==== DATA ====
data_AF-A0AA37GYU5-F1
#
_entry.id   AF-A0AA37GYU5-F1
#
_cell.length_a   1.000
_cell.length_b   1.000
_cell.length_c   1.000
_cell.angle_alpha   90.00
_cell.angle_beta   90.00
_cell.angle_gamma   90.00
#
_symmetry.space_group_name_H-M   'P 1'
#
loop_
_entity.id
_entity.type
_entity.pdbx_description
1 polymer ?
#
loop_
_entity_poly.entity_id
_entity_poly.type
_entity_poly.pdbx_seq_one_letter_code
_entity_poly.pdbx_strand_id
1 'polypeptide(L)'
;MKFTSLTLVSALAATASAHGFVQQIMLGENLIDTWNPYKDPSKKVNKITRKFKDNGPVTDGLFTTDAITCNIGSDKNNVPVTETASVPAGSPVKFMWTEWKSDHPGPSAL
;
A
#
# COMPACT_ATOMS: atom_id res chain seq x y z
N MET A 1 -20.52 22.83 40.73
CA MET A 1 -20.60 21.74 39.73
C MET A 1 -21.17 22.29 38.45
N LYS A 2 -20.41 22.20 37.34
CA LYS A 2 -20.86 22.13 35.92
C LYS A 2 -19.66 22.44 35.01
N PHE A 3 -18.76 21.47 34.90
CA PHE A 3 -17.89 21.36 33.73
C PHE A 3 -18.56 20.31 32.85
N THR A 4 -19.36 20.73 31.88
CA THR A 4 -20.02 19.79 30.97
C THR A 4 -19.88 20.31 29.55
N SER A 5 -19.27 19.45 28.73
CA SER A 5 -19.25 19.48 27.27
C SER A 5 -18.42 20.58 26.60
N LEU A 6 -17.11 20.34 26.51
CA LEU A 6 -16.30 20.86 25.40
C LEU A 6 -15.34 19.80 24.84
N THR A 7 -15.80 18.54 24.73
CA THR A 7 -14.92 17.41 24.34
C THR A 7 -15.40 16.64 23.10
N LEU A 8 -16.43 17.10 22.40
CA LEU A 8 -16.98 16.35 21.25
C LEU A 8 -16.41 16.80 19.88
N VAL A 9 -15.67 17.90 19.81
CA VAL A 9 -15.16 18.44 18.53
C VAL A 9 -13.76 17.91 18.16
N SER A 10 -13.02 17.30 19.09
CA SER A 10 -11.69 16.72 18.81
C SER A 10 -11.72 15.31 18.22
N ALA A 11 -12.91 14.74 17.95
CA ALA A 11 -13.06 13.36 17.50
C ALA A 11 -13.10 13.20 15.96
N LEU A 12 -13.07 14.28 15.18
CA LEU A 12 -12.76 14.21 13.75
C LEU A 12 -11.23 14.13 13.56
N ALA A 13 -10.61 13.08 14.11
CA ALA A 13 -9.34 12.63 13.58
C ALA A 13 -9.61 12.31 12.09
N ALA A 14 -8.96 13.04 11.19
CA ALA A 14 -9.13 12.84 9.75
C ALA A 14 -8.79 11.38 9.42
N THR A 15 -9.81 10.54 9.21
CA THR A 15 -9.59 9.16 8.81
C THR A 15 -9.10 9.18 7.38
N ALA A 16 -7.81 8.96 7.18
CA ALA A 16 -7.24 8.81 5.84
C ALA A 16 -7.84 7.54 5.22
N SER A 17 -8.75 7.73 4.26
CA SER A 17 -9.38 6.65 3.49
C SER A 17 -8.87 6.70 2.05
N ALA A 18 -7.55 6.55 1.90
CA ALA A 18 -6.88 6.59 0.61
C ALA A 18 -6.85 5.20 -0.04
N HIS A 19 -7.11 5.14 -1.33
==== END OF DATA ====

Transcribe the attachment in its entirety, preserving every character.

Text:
data_AF-A0AA37GYU5-F1
#
_entry.id   AF-A0AA37GYU5-F1
#
_cell.length_a   1.000
_cell.length_b   1.000
_cell.length_c   1.000
_cell.angle_alpha   90.00
_cell.angle_beta   90.00
_cell.angle_gamma   90.00
#
_symmetry.space_group_name_H-M   'P 1'
#
loop_
_entity.id
_entity.type
_entity.pdbx_description
1 polymer ?
#
loop_
_entity_poly.entity_id
_entity_poly.type
_entity_poly.pdbx_seq_one_letter_code
_entity_poly.pdbx_strand_id
1 'polypeptide(L)'
;MKFTSLTLVSALAATASAHGFVQQIMLGENLIDTWNPYKDPSKKVNKITRKFKDNGPVTDGLFTTDAITCNIGSDKNNVPVTETASVPAGSPVKFMWTEWKSDHPGPSAL
;
A
#
# COMPACT_ATOMS: atom_id res chain seq x y z
N MET A 1 -20.52 22.83 40.73
CA MET A 1 -20.60 21.74 39.73
C MET A 1 -21.17 22.29 38.45
N LYS A 2 -20.41 22.20 37.34
CA LYS A 2 -20.86 22.13 35.92
C LYS A 2 -19.66 22.44 35.01
N PHE A 3 -18.76 21.47 34.90
CA PHE A 3 -17.89 21.36 33.73
C PHE A 3 -18.56 20.31 32.85
N THR A 4 -19.36 20.73 31.88
CA THR A 4 -20.02 19.79 30.97
C THR A 4 -19.88 20.31 29.55
N SER A 5 -19.27 19.45 28.73
CA SER A 5 -19.25 19.48 27.27
C SER A 5 -18.42 20.58 26.60
N LEU A 6 -17.11 20.34 26.51
CA LEU A 6 -16.30 20.86 25.40
C LEU A 6 -15.34 19.80 24.84
N THR A 7 -15.80 18.54 24.73
CA THR A 7 -14.92 17.41 24.34
C THR A 7 -15.40 16.64 23.10
N LEU A 8 -16.43 17.10 22.40
CA LEU A 8 -16.98 16.35 21.25
C LEU A 8 -16.41 16.80 19.88
N VAL A 9 -15.67 17.90 19.81
CA VAL A 9 -15.16 18.44 18.53
C VAL A 9 -13.76 17.91 18.16
N SER A 10 -13.02 17.30 19.09
CA SER A 10 -11.69 16.72 18.81
C SER A 10 -11.72 15.31 18.22
N ALA A 11 -12.91 14.74 17.95
CA ALA A 11 -13.06 13.36 17.50
C ALA A 11 -13.10 13.20 15.96
N LEU A 12 -13.07 14.28 15.18
CA LEU A 12 -12.76 14.21 13.75
C LEU A 12 -11.23 14.13 13.56
N ALA A 13 -10.61 13.08 14.11
CA ALA A 13 -9.34 12.63 13.58
C ALA A 13 -9.61 12.31 12.09
N ALA A 14 -8.96 13.04 11.19
CA ALA A 14 -9.13 12.84 9.75
C ALA A 14 -8.79 11.38 9.42
N THR A 15 -9.81 10.54 9.21
CA THR A 15 -9.59 9.16 8.81
C THR A 15 -9.10 9.18 7.38
N ALA A 16 -7.81 8.96 7.18
CA ALA A 16 -7.24 8.81 5.84
C ALA A 16 -7.84 7.54 5.22
N SER A 17 -8.75 7.73 4.26
CA SER A 17 -9.38 6.65 3.49
C SER A 17 -8.87 6.70 2.05
N ALA A 18 -7.55 6.55 1.90
CA ALA A 18 -6.88 6.59 0.61
C ALA A 18 -6.85 5.20 -0.04
N HIS A 19 -7.11 5.14 -1.33